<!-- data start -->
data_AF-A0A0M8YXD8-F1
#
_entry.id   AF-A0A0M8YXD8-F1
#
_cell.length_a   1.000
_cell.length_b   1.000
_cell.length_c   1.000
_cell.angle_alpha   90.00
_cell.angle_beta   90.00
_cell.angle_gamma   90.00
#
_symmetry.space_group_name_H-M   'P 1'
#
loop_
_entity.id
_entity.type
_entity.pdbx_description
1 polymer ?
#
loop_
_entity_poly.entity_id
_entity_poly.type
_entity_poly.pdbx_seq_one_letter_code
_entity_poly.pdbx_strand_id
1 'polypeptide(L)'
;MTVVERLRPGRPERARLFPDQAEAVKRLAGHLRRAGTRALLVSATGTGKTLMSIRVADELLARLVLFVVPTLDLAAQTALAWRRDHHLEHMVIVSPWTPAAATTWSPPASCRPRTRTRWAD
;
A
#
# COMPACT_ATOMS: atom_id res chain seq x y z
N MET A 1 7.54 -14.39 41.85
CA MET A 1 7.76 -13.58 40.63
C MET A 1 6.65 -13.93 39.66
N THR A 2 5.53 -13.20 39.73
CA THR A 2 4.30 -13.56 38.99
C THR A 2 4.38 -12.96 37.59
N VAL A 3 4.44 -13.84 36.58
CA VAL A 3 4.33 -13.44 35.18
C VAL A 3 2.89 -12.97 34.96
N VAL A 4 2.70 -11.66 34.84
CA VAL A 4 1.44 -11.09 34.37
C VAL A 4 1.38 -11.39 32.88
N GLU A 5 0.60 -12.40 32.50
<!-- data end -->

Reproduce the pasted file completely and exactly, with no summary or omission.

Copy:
data_AF-A0A0M8YXD8-F1
#
_entry.id   AF-A0A0M8YXD8-F1
#
_cell.length_a   1.000
_cell.length_b   1.000
_cell.length_c   1.000
_cell.angle_alpha   90.00
_cell.angle_beta   90.00
_cell.angle_gamma   90.00
#
_symmetry.space_group_name_H-M   'P 1'
#
loop_
_entity.id
_entity.type
_entity.pdbx_description
1 polymer ?
#
loop_
_entity_poly.entity_id
_entity_poly.type
_entity_poly.pdbx_seq_one_letter_code
_entity_poly.pdbx_strand_id
1 'polypeptide(L)'
;MTVVERLRPGRPERARLFPDQAEAVKRLAGHLRRAGTRALLVSATGTGKTLMSIRVADELLARLVLFVVPTLDLAAQTALAWRRDHHLEHMVIVSPWTPAAATTWSPPASCRPRTRTRWAD
;
A
#
# COMPACT_ATOMS: atom_id res chain seq x y z
N MET A 1 7.54 -14.39 41.85
CA MET A 1 7.76 -13.58 40.63
C MET A 1 6.65 -13.93 39.66
N THR A 2 5.53 -13.20 39.73
CA THR A 2 4.30 -13.56 38.99
C THR A 2 4.38 -12.96 37.59
N VAL A 3 4.44 -13.84 36.58
CA VAL A 3 4.33 -13.44 35.18
C VAL A 3 2.89 -12.97 34.96
N VAL A 4 2.70 -11.66 34.84
CA VAL A 4 1.44 -11.09 34.37
C VAL A 4 1.38 -11.39 32.88
N GLU A 5 0.60 -12.40 32.50